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Purchasing the Metaverse — How Does It Work?

An interview with

There is a lot of excitement in the tech world about the metaverse, and it is beginning to draw investors. Microsoft’s purchase of the gaming giant Activision Blizzard is widely seen as a metaverse play. And even within the metaverse itself, transactions are becoming more common. 

Republic Realm describes itself as a digital real estate company. It recently announced the purchase of a $4.3 million plot in the metaverse of Sandbox. This is thought to be the largest metaverse real estate transaction to date. BRINK spoke to the CEO of Republic Realm, Janine Yorio, to find out what it entails.

BRINK: What do you intend to do with the digital real estate that you bought?

YORIO: We haven’t yet announced what we will develop on this land, but our intention is to develop something amazing with Atari, the gaming company.

BRINK: How do you buy digital real estate — can you explain the process?

YORIO: Buying metaverse real estate is actually fairly simple and similar to how you would buy a piece of land in the real world. A piece of metaverse real estate is called a parcel, which is sold as an NFT on the blockchain; you can buy most NFTs (including metaverse real estate) through NFT marketplaces like OpenSea.

BRINK: It seems like quite a few people are starting to buy real estate in these metaverses. Do you think there is a risk of a digital real estate bubble?

YORIO: Of course, there is a risk in anything that is this new. Buying virtual real estate, though, is not done at random. We approach our purchases like any other investment, by using an Asset-Based Valuation Model. Using this model, we look at comparable sales on OpenSea and on nonfungible.com for recent trades, pricing trends and sales volume. In that way, it is very similar to any real-world asset purchase including real estate but also gold or stocks. We ask the questions, what were the economics of the last similar trade and is the price trending up or down, based upon the most recent sales. We also stress the importance of diversification.

Experiences that you currently have over the internet — and many you don’t yet — will one day take place in the metaverse.

BRINK: Is there a risk that, as these metaverses multiply, the value of real estate might decline because there’s no limit as to the amount of digital real estate that can be created?

YORIO: Future copies of metaverses like The Sandbox will have to contend with its network effects, similar to how the proliferation of Bitcoin replicas did not lessen Bitcoin’s significance. The Sandbox’s 165+ relationships with vendors, gaming companies and software developers will not be carried over to the next metaverse without some difficulty. Some examples worth noting: The most successful NFT projects like Bored Ape Yacht Club and Solana Monkey Business have large virtual real estates, as do TV entertainment including the Walking Dead and the Smurfs, as well as music acts like Deadmau5, Snoop Dog, and Richie Hawtin, not to mention Adidas and Atari.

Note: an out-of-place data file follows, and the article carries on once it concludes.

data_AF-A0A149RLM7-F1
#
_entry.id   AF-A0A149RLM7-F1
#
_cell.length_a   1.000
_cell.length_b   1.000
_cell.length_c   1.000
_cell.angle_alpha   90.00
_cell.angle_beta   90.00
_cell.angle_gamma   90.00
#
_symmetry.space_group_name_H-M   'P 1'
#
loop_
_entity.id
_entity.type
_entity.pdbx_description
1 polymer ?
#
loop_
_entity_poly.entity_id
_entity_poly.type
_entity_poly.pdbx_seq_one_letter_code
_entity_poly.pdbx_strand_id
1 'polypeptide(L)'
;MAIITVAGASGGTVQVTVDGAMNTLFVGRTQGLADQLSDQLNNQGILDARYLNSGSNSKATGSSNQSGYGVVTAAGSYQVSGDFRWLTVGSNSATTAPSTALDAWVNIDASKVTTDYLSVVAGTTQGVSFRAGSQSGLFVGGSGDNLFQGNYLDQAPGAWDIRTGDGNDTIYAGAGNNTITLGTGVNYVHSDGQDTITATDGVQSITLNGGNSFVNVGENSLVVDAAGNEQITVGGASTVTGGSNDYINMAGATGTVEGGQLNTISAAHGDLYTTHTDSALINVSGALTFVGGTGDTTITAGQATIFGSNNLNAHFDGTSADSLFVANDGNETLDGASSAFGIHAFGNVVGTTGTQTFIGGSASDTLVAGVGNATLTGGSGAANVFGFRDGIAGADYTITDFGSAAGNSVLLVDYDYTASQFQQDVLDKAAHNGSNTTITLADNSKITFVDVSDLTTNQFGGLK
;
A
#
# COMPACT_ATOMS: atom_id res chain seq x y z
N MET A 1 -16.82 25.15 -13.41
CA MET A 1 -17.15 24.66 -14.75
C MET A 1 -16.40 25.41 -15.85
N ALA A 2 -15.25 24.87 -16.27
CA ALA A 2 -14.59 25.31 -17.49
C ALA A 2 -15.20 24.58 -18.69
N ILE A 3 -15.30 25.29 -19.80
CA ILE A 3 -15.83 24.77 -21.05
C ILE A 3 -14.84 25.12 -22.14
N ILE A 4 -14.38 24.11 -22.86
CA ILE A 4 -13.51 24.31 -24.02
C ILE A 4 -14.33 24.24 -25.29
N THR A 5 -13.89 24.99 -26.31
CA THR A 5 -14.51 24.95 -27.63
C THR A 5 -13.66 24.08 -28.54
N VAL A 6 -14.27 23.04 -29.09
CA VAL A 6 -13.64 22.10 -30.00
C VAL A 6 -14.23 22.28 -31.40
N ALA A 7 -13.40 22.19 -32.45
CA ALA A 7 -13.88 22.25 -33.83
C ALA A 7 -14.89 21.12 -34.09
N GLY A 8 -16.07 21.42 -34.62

Furthermore, when more businesses and individuals establish themselves in virtual worlds, no new land will be generated on these initial metaverse worlds, making land on the high-quality metaverses increasingly rare. In a blockchain-based metaverse, saying land is endless is fundamentally incorrect.

BRINK: How do people access a metaverse?

YORIO: Popular metaverses can be accessed from any computer by navigating to their websites, like Decentraland.com and SomniumSpace.com. These are free to use and anyone can access the metaverse through them. You just create your avatar and enter.

BRINK: How do you think people will use metaverses — for entertainment, work, etc.?

YORIO: Experiences that you currently have over the internet — and many you don’t yet — will one day take place in the metaverse. The possibilities of the metaverse to blur the lines between the physical and the virtual mean that online meetings, events, shopping and more will all be transformed significantly. As talent moves over to the metaverse, experiences will improve creating more possibilities.

BRINK: To a company that is not familiar with the metaverse(s), could you explain what the business opportunity is?

YORIO: Brands are increasingly recognizing the importance of having a virtual presence in the metaverse, where their customers can interact with their products in a more immersive manner than before. Adidas, the Walking Dead, and Snoop Dogg are building virtual locations that act as community hotspots. They offer a new touchpoint for people to interact with these brands. Developers and investors who can bring commercial infrastructure to the metaverse may soon call brands like these tenants.

BRINK: Is there a risk of this all becoming too immersive and taking people away from the real world?

YORIO: The metaverse will do more to replace the time we already spend on the internet rather than give us entirely novel reasons to log on to the internet. Consider it a more immersive online experience, rather than a replacement for real life.

Janine Yorio

CEO of Republic Realm

Janine Yorio is the CEO of Republic Realm, a metaverse innovation and investment platform. Republic Realm is among the largest owners of digital real estate NFTs in 25 metaverses including Decentraland, The Sandbox, and Axie Infinity, and among the most active of in-metaverse developers. Janine was previously the CEO of Compound, a fintech app, and previously worked in private equity and in real estate and hotel development. 

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